1 Sep 16

The Flash: 07:00 – 07:25

Sunrise: 06:20 BST
11°C > 15°C: Just some high cloud taking the edge off the sun. Light SW wind. Very good visibility

(90th visit of the year)

More work on the trees – at least they are not felling them all. One has a severe pruning since yesterday

- Mallards mainly tucked up under the W side vegetation and very hard to sex – so I didn’t
- Stock Doves most unusual here: only my second record this year
- not entirely sure what the Jackdaws logged were up to: this morning many more than usual seemed to be gathering in the trees around St. Georges church as I walked past: it may have been some of these that I saw fly away
- 2 Grey Wagtails flying around: seemed to be an adult and a juvenile but did not get the best of views

Birds noted flying over
- 2 Stock Doves
- 2 Wood Pigeon
- c.25 Jackdaws

Hirundines etc. seen here today
- 7 House Martins

Warblers seen / heard around the water: numbers in brackets are singing birds: song very sporadic now
- 2 (0) Chiffchaffs

The counts from the water
- 2 + 1 Mute Swans
- 2 Canada Geese only
- 1 all white feral goose
- 24 (?♂) Mallard
- 23 (?♂) Tufted Ducks
- 1 Grey Heron again
- 1 + 1 Great Crested Grebes once more
- 4 + 2 (2 broods) Moorhens
- 14 + 4 (3 broods) Coots
- 12 Black-headed Gull (9 juveniles)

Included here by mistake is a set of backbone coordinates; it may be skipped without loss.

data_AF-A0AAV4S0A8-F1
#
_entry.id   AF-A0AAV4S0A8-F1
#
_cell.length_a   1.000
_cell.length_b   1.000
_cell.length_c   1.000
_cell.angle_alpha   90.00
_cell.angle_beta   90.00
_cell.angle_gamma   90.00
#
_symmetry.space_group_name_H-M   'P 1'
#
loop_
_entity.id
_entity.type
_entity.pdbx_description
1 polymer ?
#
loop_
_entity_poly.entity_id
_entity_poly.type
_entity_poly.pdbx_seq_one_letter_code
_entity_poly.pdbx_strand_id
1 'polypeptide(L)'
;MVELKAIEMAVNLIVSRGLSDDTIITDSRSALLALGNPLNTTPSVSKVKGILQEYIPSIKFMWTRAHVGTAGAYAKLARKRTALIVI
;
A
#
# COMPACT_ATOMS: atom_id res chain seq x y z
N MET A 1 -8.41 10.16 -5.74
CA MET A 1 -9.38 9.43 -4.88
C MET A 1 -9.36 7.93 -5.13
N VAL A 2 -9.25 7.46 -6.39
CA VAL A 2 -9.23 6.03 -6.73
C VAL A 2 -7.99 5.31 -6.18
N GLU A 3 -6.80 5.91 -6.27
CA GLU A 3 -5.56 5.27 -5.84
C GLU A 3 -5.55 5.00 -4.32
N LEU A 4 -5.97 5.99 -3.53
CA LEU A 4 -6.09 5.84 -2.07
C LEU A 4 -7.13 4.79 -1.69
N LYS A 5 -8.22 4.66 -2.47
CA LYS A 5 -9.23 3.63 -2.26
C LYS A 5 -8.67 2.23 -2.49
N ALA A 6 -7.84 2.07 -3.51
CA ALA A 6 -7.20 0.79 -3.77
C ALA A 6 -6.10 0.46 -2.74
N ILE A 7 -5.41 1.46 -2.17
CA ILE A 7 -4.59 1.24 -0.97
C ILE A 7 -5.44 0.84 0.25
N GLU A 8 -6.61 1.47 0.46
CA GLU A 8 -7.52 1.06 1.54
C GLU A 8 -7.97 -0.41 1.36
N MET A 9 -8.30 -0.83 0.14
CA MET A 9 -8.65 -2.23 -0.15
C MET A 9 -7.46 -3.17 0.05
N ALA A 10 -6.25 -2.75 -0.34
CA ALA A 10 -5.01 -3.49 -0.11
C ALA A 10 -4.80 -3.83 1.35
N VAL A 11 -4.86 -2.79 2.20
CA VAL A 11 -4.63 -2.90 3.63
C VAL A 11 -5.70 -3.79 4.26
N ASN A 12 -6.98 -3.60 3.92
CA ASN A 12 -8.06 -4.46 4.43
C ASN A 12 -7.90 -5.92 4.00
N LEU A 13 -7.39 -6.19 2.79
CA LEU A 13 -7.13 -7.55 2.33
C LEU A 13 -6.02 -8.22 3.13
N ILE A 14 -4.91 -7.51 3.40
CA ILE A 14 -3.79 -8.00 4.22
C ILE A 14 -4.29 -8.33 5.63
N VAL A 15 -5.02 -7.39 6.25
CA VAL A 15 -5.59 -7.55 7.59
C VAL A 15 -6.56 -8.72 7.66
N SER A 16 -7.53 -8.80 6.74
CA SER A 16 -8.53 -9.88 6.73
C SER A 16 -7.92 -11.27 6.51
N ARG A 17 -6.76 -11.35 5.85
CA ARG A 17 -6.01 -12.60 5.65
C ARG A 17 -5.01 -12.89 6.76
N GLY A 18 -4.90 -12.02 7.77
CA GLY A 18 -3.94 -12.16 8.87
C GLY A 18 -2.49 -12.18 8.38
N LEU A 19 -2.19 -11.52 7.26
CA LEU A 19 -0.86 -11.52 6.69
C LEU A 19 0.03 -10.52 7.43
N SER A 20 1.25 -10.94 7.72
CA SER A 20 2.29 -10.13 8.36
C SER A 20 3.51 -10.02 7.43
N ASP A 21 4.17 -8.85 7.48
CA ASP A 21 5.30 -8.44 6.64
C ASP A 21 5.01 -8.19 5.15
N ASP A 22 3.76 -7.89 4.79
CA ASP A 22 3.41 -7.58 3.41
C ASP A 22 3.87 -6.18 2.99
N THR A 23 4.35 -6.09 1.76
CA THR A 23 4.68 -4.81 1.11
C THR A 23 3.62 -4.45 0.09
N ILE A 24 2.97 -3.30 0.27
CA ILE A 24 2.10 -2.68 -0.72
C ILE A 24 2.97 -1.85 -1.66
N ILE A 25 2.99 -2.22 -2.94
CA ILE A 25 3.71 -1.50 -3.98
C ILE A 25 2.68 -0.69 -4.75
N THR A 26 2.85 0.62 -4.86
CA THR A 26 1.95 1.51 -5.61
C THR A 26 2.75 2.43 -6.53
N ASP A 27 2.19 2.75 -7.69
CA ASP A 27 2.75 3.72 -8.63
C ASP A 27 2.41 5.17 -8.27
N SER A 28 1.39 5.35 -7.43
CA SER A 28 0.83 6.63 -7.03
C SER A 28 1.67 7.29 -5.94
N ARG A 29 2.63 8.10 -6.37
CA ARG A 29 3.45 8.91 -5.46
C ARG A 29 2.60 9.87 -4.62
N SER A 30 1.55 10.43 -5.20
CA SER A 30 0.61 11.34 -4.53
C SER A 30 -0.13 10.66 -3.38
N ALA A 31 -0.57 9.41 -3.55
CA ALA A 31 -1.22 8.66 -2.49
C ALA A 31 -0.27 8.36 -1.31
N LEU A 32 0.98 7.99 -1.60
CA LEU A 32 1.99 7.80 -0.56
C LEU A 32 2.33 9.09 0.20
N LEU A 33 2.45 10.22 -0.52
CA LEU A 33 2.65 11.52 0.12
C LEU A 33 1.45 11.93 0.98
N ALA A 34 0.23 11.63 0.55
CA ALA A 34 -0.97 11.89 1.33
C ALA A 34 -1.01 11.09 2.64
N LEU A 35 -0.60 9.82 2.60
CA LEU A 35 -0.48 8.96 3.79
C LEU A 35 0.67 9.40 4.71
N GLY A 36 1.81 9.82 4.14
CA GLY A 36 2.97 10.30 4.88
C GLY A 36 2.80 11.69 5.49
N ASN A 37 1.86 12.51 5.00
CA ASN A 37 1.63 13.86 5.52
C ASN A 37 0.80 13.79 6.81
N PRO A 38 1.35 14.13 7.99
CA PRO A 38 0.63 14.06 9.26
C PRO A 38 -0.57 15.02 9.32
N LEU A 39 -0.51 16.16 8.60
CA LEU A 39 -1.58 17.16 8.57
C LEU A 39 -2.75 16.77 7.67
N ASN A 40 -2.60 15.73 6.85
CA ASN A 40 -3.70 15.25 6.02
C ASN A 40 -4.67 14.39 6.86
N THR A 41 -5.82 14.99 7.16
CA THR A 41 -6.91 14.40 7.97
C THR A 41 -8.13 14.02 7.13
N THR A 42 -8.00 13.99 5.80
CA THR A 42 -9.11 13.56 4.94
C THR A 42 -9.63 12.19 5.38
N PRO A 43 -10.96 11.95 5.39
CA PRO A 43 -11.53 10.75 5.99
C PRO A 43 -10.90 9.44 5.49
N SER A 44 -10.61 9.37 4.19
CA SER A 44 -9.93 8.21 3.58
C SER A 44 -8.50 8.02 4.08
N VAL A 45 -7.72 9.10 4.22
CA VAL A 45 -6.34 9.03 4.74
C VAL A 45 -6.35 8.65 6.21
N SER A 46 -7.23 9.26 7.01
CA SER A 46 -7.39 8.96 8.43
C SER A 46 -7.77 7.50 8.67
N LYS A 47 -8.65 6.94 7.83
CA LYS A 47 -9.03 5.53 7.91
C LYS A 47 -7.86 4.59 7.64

- 1 Lesser Black-backed Gull

The latest on the willows here: this one gets a severe pruning. Not sure why – the Health & Safety Police again. And as a PS to yesterday’s two felled trees – all trees reach the end of their life sometime. In these enlightened days where are their replacements being planted?

(Ed Wilson)


Priorslee Lake

Evening Update: 4:30pm

Probable juvenile Caspian Gull. Via BirdGuides here

Morning Report: 07:30 – 09:55

(125th visit of the year)

Best today was probably the two (perhaps three) Little Grebes. First noted while I was doing my sweep-count of the Coots I originally thought there were three birds. When I went back to check these out I could find only 1 adult and 1 juvenile – quite a well-grown juvenile that had lost all trace of head-stripes. One or more adults were present here throughout the Spring. I last heard a bird on 14 June. It seems unlikely that this often secretive species had been here all that while and only just shown itself. I would suspect that the juvenile was fledged and that they were new arrivals

Other notes from today
- the Canada Goose with the broken wing not seen today
- the Tufted Duck here were all obligingly close and easy to sex for a change
- two Common Whitethroats at the W end were my first here since 22 July and seem likely to have been a migrant passing (to add credence to this I heard another Common Whitethroat scolding as I waited for my bus at the Priorslee O-about: there have been none here for several weeks either)
- 4 of the Reed Warblers were together in the main N-side reed bed. The 5th was, unusually, in bushes at the S end of the dam some way from any nest site
- no moths on the lamps this morning
- at least 4 Speckled Wood butterflies
- more Common Darter dragonflies
- a Brown Hawker dragonfly: strangely my first confirmed sighting here this year
- three species of hoverfly: nothing unusual
- a new-to-me plant: Mugwort (Artemisia vulgaris) – I think

Counts of birds flying over the lake (in addition to those on / around lake)
- 11 Lesser Black-backed Gulls
- 1 Feral Pigeon
- 3 Stock Doves (1 group)
- 9 Wood Pigeons only